This is at one of those sites with three phase open delta power. Needless to say, the transformer is toast, perhaps the entire transmitter too. This will be another fun transmitter-scrapping project. I was thinking about this; over the last five years, I have scrapped at least ten to fifteen old tube transmitters. The old tube types are going away fast, as are those that can still work on them.
It seems the power company has some work to do. The other leg measures 28 volts to ground, which to me means the Neutral has been lost somewhere. Fortunately, the transmitter was running on 240, which looks normal on the voltmeter. Everything in the rack; the remote control, exciter, STL, etc have been damaged or destroyed.
Then, of course, there is this:
That is the power and phone line in those trees, as it leaves the road and travels approximately 1,700 feet through the woods. It is a private line and the utility will not do any work until the trees are cleared away. In all fairness to the current owners, who have owned the station for not quite a year, this situation has been like this for a long time.
I alluded to this in an earlier post: Open Delta three phase service. Some transmitter sites are fairly remote and three-phase power is not available. Occasionally, with lower-powered radio stations, this is acceptable because those transmitters can be configured to run on single-phase power. However, almost any transmitter above five kilowatts or so will require three-phase power. This is the case at the WQBJ transmitter site in Palatine Bridge, NY. The site is located in the middle of farmland and only has single-phase service. The nearest three-phase service is several miles away and the utility company wants several hundred thousand dollars to upgrade the line.
The station is a class B FM with a six-bay full wave-spaced antenna. Even so, the TPO is 17 KW, which makes some type of three-phase service a requirement.
The main transmitter is a Broadcast Electronics FM30B, which is now 25 years old.
The backup transmitter is a CSI FM20T, which is almost forty years old.
Rather than do an open delta service, which is not desirable for several reasons, both transmitters have their own rotary phase makers. From a reliability and redundancy standpoint, this is the right way to equip this site. The rotary phase makers are essentially a motor generator combination which takes the split phase power and generates a third phase.
The phasemaster is is a 40 KVA unit and is connected to the backup CSI transmitter
The Roto Phase unit for the main transmitter is actually two 40 KVA units connected in parallel through dry core isolation transformers. Incidentally, the Roto Phase units need to have their bearings changed every ten years or so. This requires the units be disconnected, placed up on their end. To get the old bearing out, the housing has to be cooled with liquid CO2. Both units are due for new bearings soon, which should be a pleasant job indeed.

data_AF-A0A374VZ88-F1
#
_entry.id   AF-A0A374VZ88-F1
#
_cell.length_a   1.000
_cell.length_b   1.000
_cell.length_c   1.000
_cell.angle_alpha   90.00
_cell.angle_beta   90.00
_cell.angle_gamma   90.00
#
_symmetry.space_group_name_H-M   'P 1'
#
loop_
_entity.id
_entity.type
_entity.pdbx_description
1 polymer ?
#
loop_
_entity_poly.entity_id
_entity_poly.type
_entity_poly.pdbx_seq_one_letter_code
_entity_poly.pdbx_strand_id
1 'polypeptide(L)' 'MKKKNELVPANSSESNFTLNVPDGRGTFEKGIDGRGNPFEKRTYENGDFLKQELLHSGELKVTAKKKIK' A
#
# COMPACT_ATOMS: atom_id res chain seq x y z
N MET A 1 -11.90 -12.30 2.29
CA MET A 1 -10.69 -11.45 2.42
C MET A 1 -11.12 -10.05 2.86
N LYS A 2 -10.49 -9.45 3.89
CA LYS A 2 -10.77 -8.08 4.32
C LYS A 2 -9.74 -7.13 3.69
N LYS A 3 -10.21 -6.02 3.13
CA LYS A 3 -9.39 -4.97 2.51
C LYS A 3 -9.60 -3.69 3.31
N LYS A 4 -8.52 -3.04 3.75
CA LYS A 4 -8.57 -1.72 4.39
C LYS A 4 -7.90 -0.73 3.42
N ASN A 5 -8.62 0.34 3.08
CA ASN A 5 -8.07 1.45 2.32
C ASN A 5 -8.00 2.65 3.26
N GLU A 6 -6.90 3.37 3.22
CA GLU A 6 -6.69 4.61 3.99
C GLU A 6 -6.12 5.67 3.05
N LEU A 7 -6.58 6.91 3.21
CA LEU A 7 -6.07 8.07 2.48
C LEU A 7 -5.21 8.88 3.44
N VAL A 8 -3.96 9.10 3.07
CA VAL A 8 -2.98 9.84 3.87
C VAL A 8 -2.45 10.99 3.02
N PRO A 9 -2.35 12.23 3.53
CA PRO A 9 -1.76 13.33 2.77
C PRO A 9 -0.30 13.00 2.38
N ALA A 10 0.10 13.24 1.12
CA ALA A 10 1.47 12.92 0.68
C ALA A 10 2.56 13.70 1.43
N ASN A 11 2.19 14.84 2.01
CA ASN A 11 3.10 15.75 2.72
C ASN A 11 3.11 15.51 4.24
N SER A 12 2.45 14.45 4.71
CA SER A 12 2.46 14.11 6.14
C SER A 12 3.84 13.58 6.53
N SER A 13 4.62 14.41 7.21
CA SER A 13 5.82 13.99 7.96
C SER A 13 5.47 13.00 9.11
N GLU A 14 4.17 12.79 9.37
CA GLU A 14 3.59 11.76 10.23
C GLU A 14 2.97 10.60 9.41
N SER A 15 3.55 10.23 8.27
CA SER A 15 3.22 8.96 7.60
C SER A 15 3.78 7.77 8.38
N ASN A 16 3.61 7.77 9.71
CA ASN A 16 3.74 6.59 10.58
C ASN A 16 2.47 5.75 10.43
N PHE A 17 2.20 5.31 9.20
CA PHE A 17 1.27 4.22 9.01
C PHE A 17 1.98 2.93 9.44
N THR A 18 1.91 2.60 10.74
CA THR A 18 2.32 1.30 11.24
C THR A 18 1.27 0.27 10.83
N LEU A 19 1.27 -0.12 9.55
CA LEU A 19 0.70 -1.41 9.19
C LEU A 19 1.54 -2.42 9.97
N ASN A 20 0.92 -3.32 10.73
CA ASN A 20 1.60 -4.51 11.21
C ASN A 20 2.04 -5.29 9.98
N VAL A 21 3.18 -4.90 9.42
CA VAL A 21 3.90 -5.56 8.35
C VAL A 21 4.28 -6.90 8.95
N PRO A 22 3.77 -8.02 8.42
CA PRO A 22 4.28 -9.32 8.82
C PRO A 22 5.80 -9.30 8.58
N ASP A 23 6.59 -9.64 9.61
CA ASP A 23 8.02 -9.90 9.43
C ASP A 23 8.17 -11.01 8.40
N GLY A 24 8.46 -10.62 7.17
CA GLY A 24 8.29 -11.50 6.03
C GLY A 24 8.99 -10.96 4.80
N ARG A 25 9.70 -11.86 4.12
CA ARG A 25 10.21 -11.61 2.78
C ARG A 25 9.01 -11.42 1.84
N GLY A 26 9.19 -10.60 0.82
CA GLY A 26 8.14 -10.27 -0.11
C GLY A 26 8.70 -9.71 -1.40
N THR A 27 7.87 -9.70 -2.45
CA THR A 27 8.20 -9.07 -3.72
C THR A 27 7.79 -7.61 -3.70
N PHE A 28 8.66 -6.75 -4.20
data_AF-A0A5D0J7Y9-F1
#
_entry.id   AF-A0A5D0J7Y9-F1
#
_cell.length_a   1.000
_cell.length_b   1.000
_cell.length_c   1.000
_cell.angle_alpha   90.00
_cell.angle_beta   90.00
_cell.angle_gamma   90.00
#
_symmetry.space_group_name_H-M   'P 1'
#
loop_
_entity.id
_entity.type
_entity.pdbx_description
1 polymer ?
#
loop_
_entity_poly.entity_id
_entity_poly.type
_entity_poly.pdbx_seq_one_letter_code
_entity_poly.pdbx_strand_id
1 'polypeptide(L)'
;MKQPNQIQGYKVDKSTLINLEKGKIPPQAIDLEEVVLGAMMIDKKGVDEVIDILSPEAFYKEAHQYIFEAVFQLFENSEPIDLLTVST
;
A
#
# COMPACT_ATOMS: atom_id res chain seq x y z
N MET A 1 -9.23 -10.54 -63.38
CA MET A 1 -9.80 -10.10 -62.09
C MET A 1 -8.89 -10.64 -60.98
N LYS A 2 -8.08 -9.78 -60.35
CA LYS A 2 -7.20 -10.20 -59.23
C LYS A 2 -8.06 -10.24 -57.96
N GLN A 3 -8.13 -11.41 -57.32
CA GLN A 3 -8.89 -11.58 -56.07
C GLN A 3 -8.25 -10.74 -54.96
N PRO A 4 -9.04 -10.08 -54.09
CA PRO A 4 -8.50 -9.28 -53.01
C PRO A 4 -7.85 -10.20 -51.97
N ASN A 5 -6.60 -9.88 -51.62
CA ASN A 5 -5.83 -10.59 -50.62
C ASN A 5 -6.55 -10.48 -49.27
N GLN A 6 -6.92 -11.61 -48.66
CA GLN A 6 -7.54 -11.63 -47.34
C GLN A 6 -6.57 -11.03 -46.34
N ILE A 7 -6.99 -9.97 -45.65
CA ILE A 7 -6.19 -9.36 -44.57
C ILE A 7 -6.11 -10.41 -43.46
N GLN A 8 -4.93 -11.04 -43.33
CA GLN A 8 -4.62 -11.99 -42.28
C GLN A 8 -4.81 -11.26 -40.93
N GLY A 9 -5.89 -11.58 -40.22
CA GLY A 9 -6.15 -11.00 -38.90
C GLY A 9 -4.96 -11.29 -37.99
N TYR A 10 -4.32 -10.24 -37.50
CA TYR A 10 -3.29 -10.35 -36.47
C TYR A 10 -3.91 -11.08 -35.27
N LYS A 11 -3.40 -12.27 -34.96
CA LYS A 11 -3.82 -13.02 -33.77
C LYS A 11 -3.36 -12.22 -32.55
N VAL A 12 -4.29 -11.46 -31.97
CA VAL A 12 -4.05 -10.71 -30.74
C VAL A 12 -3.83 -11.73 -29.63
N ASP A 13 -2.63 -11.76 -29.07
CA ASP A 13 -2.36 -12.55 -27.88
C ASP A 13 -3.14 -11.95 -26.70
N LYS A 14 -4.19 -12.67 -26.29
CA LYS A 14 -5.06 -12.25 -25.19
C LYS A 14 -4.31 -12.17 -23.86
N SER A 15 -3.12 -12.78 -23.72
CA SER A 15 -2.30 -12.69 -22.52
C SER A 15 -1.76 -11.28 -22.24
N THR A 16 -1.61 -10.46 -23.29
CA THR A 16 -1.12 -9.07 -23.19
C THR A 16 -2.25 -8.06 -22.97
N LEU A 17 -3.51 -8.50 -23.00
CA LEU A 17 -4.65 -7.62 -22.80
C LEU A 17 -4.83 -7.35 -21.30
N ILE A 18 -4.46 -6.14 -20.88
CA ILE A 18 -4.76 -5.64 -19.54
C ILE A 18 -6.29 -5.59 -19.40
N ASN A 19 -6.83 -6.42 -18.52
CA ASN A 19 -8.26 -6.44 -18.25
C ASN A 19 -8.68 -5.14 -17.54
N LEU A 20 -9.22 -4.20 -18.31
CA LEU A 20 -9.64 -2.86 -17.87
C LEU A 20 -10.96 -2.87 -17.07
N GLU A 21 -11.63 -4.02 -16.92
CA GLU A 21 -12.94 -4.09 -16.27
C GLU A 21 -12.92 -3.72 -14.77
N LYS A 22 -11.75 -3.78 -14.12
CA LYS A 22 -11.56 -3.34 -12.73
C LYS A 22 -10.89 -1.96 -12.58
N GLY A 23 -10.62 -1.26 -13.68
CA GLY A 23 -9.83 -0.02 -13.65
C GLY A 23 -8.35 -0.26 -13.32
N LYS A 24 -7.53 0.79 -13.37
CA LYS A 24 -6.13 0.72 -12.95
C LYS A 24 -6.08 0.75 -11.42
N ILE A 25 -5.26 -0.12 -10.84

Several months ago, I drove up to an FM transmitter site, looked up at the utility pole, and saw this:
Three-phase open delta is a bad hombre. Most, if not all, transmitter manufacturers will void the warranty of any transmitter connected to a service like this. What is perplexing is it appears that all three phases are available on the primary side, why would this be necessary? Perhaps it was not always so at this location. Regardless, this was the source of power for 20 KW FM transmitters since 1958 until we moved it to a new building last month.
According to a GE publication on transformers, open delta 3 phase power is undesirable because:
Although this connection delivers three-phase currents which are approximately symmetrical to a three-phase symetrical load, the currents flowing in the high voltage circuit are not equal nor are they 120 degrees apart. The maximum safe output of the bank operating in this manner is 58% of a 3 pot Wye/Delta bank. The system is grossly unbalanced, both electrostatically and electromagnetically.
Schematically, it looks like this:
Regular 3 phase delta looks like this:
Most utility companies will not hook up 3 phase delta on the customer side anymore because the “high” or “wild” leg, which as shown in the diagram runs a good deal higher than 120 volts to neutral. Hook up a high leg to a single phase 120 volt piece of equipment and wait for the power supply to blow up. Also true with 277-volt lighting circuits, as my assistant once found out with the Coke Machine in the break room. The new 3 phase service will almost invariably be 208 wye unless there is some very compelling reason, which is fine.
There are many ways to get around three phase open delta, perhaps the best is a rotary phase converter. This piece of equipment will take a 240-volt split phase and add a third leg. These legs will not be 120 degrees apart, as they would be in a true three-phase, however, they will be close enough that 3 phase motors and transformers will be happy.
This leads to an unbalanced voltage/current condition which needs to be accounted for in the design of the unit. The second way to do this is to power a three-phase generator with a split-phase motor. This will completely isolate the 3 phase equipment from the utility service and provide for true three phase power.
The downside to any motor/generator or rotary converter is moving parts and conversion inefficiencies. At any transmitter site that uses this type of equipment, either a backup power converter or a lower power split phase backup transmitter should be installed. With all mechanical things, eventually, this will need to be repaired and it would suck to be off the air while that is happening.
Regardless of any of that, this particular service is about to be disconnected permanently. Good riddance.